Given the elite talent that Canada has in wide areas, they've usually opted to go for the 4-4-2, which, to their credit, has served its purpose well, especially during World Cup qualifiers.
But as Canada began to play higher-level games, that formation has begun to show flaws. It may be wise to throw an extra midfielder into the fold in order to hold their heads above water. Unless they sacrifice a winger like Tajon Buchanan or Alphonso Davies to go to a 3-5-2 – not ideal, to be clear – it means one of Larin or David might need to be dropped, allowing Canada to go for more of a 4-3-3.
It might be harsh, given how important the pair have been for Canada, but at the highest level, there aren't many teams playing two strikers anymore, choosing to prioritize stocking up in midfield and defensively.
There's no point in having two lethal strikers on the field if neither of them can get the ball because their team is getting outnumbered in midfield and scorched in transition, as Canada learned the hard way in recent games.
It may be more ideal to set up with one striker, and given that Larin remains mired in the slump, David would be the likelier choice to start. Interestingly, this has been a set-up that David has already thrived in – against Belgium, for example, David started the game up front on his own, and had a great game, generating 1.37 Expected Goals (xG) on six open-play shots.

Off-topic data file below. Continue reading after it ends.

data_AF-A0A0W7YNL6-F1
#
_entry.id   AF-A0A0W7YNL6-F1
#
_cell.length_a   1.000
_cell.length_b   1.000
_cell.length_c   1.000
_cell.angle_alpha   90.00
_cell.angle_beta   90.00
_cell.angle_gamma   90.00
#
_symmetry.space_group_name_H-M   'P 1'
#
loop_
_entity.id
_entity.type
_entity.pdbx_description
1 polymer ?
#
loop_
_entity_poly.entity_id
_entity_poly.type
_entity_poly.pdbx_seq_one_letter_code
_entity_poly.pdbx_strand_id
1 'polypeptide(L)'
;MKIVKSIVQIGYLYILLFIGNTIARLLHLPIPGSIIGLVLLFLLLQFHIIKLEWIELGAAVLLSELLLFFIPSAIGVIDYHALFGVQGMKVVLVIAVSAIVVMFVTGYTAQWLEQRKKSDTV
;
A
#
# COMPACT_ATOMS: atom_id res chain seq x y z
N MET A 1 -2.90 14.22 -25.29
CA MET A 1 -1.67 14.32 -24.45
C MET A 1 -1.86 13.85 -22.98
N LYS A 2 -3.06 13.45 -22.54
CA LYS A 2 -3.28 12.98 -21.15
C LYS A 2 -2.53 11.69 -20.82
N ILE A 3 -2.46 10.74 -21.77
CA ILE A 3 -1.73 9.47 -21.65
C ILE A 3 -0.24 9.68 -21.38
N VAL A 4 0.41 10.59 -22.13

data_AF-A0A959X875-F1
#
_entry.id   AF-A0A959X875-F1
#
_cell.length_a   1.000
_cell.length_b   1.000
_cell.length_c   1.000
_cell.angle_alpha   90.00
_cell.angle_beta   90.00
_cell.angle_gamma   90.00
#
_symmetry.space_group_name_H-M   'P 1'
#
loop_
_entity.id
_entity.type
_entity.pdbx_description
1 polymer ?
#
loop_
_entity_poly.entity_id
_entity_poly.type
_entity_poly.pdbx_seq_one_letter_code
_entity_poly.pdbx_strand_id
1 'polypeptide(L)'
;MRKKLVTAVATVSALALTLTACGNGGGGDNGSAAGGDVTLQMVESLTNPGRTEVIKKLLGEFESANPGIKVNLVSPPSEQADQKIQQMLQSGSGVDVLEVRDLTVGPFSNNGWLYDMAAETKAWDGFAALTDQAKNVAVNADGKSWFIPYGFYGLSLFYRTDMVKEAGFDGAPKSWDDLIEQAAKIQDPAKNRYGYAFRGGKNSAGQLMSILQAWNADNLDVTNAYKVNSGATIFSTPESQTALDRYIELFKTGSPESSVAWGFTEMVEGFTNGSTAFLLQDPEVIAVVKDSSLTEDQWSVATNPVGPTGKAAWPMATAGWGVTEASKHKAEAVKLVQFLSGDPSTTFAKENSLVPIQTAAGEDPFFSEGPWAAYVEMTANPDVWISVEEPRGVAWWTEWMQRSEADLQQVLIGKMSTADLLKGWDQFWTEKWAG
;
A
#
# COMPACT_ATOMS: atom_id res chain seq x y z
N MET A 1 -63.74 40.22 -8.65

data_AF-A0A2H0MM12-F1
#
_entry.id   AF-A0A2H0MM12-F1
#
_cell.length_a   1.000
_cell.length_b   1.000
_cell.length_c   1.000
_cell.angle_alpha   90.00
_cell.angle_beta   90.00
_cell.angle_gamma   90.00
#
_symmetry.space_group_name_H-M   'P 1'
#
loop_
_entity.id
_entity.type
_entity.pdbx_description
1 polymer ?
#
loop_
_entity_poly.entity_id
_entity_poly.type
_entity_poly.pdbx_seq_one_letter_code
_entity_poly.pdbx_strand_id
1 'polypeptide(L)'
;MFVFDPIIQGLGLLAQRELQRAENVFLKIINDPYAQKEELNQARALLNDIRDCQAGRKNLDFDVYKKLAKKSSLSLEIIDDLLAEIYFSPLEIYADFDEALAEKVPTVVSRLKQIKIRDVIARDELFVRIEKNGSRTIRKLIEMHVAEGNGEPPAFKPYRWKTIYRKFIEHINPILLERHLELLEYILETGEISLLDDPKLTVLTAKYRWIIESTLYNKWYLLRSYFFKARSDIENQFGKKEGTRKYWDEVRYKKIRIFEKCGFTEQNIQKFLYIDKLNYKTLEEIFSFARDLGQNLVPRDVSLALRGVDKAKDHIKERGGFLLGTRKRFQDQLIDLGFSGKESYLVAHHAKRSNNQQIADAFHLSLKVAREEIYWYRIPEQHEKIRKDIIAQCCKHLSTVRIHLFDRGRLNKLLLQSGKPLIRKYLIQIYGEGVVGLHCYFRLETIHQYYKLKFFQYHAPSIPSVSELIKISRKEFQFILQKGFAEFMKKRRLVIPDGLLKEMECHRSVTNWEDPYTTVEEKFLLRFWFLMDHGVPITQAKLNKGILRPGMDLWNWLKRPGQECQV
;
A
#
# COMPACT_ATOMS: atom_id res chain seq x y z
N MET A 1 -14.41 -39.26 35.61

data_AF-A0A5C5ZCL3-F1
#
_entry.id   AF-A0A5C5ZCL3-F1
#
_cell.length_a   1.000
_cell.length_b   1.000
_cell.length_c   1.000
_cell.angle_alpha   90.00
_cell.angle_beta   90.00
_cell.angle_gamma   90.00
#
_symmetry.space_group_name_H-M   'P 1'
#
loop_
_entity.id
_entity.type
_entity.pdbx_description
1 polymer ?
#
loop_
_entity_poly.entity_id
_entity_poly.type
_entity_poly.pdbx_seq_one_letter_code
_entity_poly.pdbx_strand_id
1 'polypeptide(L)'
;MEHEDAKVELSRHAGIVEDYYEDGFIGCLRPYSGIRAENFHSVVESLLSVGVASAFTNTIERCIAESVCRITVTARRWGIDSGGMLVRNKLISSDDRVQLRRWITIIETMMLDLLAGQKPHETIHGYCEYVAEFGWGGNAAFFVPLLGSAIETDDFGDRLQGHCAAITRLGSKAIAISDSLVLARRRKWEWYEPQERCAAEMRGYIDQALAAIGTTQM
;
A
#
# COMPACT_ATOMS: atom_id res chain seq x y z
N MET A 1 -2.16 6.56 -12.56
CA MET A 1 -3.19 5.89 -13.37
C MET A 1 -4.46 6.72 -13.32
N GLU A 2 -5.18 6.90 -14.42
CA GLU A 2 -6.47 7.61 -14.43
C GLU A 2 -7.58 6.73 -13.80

Through 1 round, Jonathan David leads all players in the #FIFAWorldCup in xG with 1.37— Alexandre Gangué-Ruzic (@AlexGangueRuzic) November 24, 2022
He is the only player in the top 10 to not have a goal
You do have to feel he's due a goal (or a few) on Sunday if he keeps that up#CanMNT
Much to the frustration of Canadian fans, he didn’t score against Belgium, yes, but for reference, that’s the most shots and xG that David has had in a game for Canada since June of 2021, when he had 2.04 xG on six shots in a 3-0 win over Haiti in World Cup qualifiers.
All of that to say, given that David typically scores goals at a high level for club and country (78 goals in 194 club games, 22 goals in 37 games for Canada), it’s not hard to imagine that if he keeps that sort of production up in most games, he’s going to score goals.